Interior Set in Stone

These homeowners knew what material they wanted from the start, then planned their renovations around it.

There was one main focus in this BTO flat’s renovations – travertine stone. The homeowners love this material and wanted the design of their abode to revolve around it. Therefore, everything was planned to match the look of travertine – a warmer tone and a raw and organic look, with every space still being functional. By why travertine, though?

“Unlike marble, the beauty of travertine is that it wears with time and it grows with us. That was what attracted us the most – not the beauty of perfection but rather how the home will age together with us,” the homeowners, Jerlynn and Marcus (@ourtanhowse), reveal. “So we chose laminates to match it and we love how a contrasting darker walnut brings out the rawness of travertine perfectly.”

The couple also briefed their ID from Local INNterior that they wanted their home to look different from the regular cookie-cutter BTO flats. One advantage was that they didn’t opt for the HDB tiles so the flat was given to them completely in bare concrete, which means they were easily able to pick the materials they favoured. Travertine tiles are in the main areas, wood-like tiles for the bedrooms and rougher, raw concrete-looking tiles for the foyer area.

“Without a definite theme in mind, our home was able to come together in a way that suited us uniquely rather than being inspired by another theme and replicating it entirely,” they share.

The entire home is painted in limewash, including all ceilings and walls. The homeowners committed themselves to executing this job even though there was a huge delay as many layers and touch-ups were needed – and they have no regrets about going this extra mile.

A foyer was created by the main door as they wanted to separate this space from the dining area, which is right next to it. This is where the homeowners store their shoes, keys and bags that they can easily pick up before leaving the flat. A hole in the wall was created for daylight to stream in as the home can get quite dark with all the doors closed.

“This area has given us the opportunity to decorate according to the seasons and place floral arrangements, something we both love,” the homeowners shared.

Altered layout

The biggest transformation in this flat was swapping the location of the living room and third bedroom. This was so the kitchen, dining and living areas could be more cohesive, with a better flow between the three spaces.

The kitchen’s countertops and backsplash are in pure travertine stone. Because of limited space due to the bomb shelter being in the kitchen, another countertop was erected, with a single bar stool and space for food prep. It’s also an ideal spot for cooking equipment as it has several power socket points.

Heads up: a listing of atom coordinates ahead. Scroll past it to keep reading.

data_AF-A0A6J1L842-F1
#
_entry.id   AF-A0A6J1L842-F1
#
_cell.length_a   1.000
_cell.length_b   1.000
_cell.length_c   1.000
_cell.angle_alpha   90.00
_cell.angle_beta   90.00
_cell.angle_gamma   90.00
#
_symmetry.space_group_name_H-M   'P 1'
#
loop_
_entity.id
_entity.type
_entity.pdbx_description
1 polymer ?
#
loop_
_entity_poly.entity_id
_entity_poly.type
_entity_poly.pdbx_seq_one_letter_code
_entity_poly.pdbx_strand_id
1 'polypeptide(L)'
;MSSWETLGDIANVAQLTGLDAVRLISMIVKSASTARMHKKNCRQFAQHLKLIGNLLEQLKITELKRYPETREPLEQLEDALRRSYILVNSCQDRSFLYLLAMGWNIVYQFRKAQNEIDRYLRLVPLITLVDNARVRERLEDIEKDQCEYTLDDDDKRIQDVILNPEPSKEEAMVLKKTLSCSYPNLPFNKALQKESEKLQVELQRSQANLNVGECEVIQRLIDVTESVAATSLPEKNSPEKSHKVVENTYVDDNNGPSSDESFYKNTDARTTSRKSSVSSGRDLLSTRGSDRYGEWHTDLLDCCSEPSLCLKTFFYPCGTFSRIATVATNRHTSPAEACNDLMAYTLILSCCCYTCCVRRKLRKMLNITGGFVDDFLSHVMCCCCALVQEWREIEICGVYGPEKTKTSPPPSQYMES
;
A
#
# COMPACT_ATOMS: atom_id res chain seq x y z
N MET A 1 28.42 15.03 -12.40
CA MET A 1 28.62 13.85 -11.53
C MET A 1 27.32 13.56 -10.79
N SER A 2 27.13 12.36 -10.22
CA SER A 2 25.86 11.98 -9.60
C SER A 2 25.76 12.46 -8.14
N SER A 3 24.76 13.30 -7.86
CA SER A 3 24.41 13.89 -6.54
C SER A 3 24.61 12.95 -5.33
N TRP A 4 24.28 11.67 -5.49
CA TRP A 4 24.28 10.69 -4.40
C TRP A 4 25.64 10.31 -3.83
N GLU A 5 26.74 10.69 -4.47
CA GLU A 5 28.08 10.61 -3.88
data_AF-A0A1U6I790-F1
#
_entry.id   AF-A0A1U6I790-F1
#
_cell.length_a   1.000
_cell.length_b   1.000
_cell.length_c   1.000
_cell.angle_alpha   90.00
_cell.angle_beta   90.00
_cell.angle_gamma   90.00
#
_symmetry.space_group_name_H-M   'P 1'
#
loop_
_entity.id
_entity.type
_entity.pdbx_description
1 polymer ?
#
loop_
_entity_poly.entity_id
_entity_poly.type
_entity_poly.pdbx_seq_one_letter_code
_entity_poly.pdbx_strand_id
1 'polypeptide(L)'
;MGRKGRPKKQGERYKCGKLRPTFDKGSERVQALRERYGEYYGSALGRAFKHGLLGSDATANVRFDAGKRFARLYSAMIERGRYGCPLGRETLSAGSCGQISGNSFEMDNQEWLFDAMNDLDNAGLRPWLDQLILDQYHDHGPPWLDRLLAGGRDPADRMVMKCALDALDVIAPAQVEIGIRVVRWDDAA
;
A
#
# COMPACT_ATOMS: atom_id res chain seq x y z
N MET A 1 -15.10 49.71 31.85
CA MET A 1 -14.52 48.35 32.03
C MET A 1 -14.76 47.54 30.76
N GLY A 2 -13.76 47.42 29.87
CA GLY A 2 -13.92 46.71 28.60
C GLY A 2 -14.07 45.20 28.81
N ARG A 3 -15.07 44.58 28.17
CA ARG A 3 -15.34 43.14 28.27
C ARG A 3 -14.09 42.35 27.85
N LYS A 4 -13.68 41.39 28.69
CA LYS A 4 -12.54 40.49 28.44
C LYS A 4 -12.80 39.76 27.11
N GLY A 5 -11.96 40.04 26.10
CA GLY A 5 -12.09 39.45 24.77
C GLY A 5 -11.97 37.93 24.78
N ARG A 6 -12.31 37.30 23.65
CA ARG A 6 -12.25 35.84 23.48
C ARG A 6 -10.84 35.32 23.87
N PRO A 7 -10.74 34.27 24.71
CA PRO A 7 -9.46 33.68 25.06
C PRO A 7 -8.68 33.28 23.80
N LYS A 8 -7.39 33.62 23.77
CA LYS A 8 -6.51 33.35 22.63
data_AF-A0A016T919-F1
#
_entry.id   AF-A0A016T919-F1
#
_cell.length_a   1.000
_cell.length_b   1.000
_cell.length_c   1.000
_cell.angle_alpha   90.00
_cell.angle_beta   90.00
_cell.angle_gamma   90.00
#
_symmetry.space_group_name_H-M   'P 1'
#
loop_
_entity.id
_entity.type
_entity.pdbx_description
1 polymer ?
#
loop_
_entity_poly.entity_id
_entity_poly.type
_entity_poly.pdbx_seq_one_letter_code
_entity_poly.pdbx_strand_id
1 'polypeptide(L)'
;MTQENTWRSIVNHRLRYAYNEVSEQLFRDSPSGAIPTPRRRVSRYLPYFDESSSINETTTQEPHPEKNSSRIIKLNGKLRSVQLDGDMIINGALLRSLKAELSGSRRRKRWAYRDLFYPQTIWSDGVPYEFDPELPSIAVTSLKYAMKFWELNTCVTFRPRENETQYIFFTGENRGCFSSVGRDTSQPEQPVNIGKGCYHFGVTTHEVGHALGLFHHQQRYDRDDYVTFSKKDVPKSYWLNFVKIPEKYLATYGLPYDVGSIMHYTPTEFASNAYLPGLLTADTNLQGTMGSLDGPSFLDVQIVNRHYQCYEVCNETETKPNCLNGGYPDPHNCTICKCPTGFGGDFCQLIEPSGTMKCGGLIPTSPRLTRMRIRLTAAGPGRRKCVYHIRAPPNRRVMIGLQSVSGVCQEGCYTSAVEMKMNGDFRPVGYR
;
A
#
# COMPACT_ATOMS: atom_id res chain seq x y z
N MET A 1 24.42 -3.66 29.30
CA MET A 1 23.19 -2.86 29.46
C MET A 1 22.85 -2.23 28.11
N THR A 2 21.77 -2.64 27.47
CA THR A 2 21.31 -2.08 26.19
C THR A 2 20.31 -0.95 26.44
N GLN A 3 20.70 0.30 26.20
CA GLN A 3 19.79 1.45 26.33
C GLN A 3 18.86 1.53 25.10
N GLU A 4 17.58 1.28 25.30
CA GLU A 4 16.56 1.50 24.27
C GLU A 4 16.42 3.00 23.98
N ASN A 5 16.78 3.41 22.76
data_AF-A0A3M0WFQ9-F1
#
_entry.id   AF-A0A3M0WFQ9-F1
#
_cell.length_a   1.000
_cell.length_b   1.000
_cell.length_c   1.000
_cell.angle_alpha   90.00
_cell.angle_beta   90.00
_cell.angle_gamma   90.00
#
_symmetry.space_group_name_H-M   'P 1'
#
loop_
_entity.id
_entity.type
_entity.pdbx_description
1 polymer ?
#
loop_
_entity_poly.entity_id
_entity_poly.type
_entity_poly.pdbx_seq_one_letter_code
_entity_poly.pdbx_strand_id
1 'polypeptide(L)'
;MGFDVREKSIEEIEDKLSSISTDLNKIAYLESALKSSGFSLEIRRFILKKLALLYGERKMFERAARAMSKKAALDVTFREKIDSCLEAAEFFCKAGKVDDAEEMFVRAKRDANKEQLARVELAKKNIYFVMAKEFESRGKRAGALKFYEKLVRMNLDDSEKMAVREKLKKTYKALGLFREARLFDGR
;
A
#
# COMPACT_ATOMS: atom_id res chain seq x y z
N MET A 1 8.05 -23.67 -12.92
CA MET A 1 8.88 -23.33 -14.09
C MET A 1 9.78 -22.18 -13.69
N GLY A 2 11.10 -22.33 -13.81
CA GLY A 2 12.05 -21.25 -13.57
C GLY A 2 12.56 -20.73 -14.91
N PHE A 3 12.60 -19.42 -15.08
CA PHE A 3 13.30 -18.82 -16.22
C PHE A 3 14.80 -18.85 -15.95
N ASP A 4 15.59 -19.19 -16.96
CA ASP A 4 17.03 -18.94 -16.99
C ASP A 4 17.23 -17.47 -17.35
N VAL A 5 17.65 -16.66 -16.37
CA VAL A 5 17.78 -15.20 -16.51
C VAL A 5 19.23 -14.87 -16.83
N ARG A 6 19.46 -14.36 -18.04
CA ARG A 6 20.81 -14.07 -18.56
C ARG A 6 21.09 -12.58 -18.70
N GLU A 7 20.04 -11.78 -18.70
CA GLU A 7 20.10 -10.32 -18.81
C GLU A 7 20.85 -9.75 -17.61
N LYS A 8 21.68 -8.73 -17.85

A small pantry area sits at the kitchen’s entrance. According to the homeowners, it serves a practical reason and also flaunts the home’s design: “We really wanted to showcase our travertine stone and felt this was the perfect area to do so. It’s in the centre of the home plus it’s where our guests will be facing most of the time while dining and hanging out with us.”

The coffee lovers plan to expand it into a coffee area in the future. But right now, their water dispenser is placed here so guests can easily help themselves to water at any time, rather than walking into the kitchen. The couple opted for a larger dining table as they both have large families and love hosting friends.

The new location of the living room creates a more cohesive flow and flexible play of space. A hole in the wall that is standard in most BTO flats has been transformed into niche-shelving. The homeowners are glad they decided to turn this space into their living area: “After living here for a year now, we realise how much time we spend in the living room and we’re glad we invested in making it more cosy and inviting.”

Cosy cave vibes

Their favourite transformation though, is the master bedroom, especially the huge, wall-to-ceiling curve over the bed.

“Our ID wanted to ‘go big or go home’, so we trusted him and went with the biggest curve he could do,” the homeowners recall. “Because of this  one design element, our bedroom has been transformed from a regular four-walled room with a bed to a cosy cave which ties in with our limewash perfectly. This curve is also visible from standing in our foyer so it creates an impression when guests visit us for the first time.”

There is a concealed door in this room which leads to a walk-in wardrobe that doubles up as a study. The original door of the second bedroom was sealed up and an opening was created from the master bedroom. The couple decided not to leave this space open or combine it with the master bedroom so that they “still have privacy should we need to use this room as a room on its own”.

“We needed as much wardrobe space as possible, therefore the entire wall was built with a full-height wardrobe, in the same dark- walnut laminate and door design as all our carpentry in the house,” they add.

Both of the bathrooms were redone, with the common bathroom the only area in the home featuring cool-toned grey tiles, with matching starlight granite stone. The ensuite, however, is in pure travertine stone, to tie in with the warm-toned master bedroom.

“We loved the curved tiled walls that many European interior designs use and we showed that to our ID and he amazingly translated his version for our shower niche area,” the homeowners explain. “This is my favourite part of the bathrooms and it’s one-of-a-kind as hardly anyone in Singapore has ever done this since it’s labour intensive.”